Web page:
It seems intuitive that differentiation of address policy in a competitive environment would not naturally result in an increase in the level of constraint placed on the address distribution function. Indeed the opposite is the more probable case, where the outcome of such competitive address distribution systems would be the progressive relaxation of associated policies and procedures, and a continuing acceleration in address space allocation rates, leading to early exhaustion of the entire address pool, even one as large at the IPv6 address space. This outcome would appear to compromise the fundamental goals of responsible stewardship of a finite common public resource.

The five Regional Internet Registries cooperate closely to ensure consistency of policies that are developed in their regions. Other competitors would not necessarily do so, nor would they be strongly motivated to do so under a competitive discipline. A necessary characteristic of these competitive supply proposals is that suppliers (in the case of the ITU-T proposal these would be exclusive national monopoly suppliers) should be able to manage address space in a relatively autonomous fashion, which implies not one additional address management system, but up to 200 or so such national entities. Close coordination among these various regimes would be difficult or even impossible, even if such an arrangement were to be fully and genuinely intended by all participants if open competition is the intended framework. It is also clear that competition would not be constrained to that competition between each national supply system and the relevant regional registry. As we have seen in the Domain Name business the market would likely open out across national systems. In the same way that country-based top level domains such as ".tv" or ".nu" are marketed globally, IP address supply from national registries would naturally follow the same path if there is a business advantage to expand the scope of each individual national registry enterprise. There is no natural constraint that individual IP addresses have to remain firmly rooted in any particular national environment, nor any natural imposition that such national address registries are constrained to offer services only to their national community, particularly if competition in an open market is the desired outcome. This is then not a duopoly of supply within any national regime between the national address registry and the associated regional address registry, but one of intense competitive pressure bought about by hundreds of actors, where the competitive pressure is ultimately expressed as the removal of any form of constraint in making address allocations. The term "headlong stampede to resource exhaustion," or perhaps more often termed a "race to the bottom" comes to mind to describe the consequences of such an environment.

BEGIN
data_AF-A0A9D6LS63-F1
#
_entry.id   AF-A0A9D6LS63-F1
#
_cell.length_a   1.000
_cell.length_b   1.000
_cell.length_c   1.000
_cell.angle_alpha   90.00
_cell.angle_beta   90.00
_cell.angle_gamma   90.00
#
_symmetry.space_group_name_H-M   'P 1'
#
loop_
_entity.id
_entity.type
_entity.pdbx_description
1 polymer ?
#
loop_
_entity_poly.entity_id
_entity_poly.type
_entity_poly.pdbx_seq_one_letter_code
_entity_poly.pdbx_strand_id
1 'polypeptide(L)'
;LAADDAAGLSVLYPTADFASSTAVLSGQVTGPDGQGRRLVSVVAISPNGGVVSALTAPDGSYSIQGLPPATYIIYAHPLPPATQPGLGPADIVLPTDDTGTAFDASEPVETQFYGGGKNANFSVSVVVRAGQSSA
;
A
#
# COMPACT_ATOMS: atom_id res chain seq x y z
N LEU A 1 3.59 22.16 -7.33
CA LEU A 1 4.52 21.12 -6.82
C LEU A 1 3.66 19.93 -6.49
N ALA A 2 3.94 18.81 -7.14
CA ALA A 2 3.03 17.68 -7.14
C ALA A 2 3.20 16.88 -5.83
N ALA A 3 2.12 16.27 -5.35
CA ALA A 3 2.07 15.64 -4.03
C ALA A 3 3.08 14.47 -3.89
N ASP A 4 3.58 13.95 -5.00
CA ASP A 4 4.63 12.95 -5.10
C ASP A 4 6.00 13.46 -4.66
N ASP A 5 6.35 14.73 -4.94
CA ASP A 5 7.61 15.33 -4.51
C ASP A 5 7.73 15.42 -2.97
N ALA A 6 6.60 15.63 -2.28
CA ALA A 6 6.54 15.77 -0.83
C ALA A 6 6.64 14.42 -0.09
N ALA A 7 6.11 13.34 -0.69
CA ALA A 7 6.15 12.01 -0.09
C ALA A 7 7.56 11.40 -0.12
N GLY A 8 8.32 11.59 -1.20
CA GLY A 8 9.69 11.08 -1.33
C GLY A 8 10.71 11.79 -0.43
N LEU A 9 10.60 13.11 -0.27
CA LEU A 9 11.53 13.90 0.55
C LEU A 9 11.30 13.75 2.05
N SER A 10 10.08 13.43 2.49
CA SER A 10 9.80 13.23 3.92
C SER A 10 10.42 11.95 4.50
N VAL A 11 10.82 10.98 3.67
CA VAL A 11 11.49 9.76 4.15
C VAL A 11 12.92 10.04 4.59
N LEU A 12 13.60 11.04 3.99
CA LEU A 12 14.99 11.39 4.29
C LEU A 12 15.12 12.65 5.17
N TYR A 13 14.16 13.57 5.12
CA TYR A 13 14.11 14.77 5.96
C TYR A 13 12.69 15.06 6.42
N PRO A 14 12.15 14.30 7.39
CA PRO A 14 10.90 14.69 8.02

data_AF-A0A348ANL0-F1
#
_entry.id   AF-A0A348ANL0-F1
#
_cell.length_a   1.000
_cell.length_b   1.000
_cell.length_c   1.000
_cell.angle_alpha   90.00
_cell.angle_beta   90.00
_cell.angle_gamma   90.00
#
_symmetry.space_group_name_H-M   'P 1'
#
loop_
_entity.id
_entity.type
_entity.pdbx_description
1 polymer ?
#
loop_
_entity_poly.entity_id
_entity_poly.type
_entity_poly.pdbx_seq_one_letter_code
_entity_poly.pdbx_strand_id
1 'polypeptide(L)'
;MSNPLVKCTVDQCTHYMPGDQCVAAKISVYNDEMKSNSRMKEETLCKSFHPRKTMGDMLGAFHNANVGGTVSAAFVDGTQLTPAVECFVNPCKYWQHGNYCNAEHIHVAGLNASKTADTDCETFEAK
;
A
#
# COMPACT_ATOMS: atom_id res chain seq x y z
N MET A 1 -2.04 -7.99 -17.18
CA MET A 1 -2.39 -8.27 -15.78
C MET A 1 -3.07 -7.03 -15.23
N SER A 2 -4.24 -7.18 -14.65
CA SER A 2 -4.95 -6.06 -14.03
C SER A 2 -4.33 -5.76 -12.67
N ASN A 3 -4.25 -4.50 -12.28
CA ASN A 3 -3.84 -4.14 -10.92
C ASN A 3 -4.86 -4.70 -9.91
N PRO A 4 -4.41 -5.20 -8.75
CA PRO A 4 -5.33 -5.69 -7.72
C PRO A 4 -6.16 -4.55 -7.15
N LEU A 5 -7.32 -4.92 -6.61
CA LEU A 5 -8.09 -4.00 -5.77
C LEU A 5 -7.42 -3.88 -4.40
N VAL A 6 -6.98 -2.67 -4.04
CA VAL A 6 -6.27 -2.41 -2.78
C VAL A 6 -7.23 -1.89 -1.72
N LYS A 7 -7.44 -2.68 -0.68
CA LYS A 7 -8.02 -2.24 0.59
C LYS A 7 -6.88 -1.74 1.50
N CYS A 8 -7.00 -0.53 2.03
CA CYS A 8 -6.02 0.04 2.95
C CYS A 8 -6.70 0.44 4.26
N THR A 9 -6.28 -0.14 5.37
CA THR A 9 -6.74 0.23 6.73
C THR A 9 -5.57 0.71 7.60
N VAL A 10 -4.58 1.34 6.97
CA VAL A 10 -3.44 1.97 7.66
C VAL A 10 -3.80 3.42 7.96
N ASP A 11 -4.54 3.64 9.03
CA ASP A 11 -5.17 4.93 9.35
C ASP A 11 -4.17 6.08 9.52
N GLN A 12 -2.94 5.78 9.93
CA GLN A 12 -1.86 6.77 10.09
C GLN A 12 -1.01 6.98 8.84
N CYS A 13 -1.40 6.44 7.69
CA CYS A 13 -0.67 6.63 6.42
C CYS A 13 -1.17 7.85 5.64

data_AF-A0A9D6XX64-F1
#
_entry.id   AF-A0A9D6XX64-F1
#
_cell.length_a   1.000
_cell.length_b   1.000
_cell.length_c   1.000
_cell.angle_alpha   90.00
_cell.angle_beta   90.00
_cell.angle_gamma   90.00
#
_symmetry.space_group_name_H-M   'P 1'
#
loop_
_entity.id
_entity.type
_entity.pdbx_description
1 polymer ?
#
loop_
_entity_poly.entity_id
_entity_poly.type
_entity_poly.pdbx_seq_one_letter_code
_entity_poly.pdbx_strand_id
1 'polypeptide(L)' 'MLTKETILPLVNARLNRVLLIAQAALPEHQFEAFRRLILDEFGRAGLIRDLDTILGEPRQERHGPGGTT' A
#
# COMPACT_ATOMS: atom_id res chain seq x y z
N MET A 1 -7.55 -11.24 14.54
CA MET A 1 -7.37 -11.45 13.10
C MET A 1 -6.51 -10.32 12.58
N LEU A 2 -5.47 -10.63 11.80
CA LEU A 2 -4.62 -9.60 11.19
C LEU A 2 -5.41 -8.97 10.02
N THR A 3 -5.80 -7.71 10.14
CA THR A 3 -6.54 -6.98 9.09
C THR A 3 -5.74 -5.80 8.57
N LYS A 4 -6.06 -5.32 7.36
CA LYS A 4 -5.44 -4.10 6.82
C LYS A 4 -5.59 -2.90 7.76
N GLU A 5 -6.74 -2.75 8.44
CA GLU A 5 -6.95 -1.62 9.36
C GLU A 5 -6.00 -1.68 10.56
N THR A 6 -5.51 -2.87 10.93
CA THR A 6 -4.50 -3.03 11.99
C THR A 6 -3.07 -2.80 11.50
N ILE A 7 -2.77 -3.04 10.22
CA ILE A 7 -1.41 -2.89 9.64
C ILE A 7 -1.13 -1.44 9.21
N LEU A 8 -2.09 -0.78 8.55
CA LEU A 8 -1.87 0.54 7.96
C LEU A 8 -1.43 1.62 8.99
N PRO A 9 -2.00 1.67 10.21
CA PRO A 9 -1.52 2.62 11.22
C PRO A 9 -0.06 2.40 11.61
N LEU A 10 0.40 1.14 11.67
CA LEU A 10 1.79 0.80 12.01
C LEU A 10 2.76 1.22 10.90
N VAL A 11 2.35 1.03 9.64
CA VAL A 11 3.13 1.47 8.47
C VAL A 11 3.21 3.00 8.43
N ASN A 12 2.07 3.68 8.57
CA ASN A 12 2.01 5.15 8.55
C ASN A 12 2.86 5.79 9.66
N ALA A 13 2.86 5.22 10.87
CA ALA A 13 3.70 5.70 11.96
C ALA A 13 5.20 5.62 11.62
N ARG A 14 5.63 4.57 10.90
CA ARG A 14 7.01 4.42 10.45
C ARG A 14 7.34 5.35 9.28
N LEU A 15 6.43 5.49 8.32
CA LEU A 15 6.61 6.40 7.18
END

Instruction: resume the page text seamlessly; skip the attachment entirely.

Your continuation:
The results of divergent address management policies would have global impact, for instance in terms of the size or stability of global routing tables, which could certainly threaten global Internet stability and routability. The irony of this form of outcome is that routing table effects would heavily impact smaller ISPs and particularly those in developing nations, which are less likely to have the latest high capacity hardware and related routing capacity, and it is this same community who are said to be in the greatest need of this form of enhanced access to IP addresses.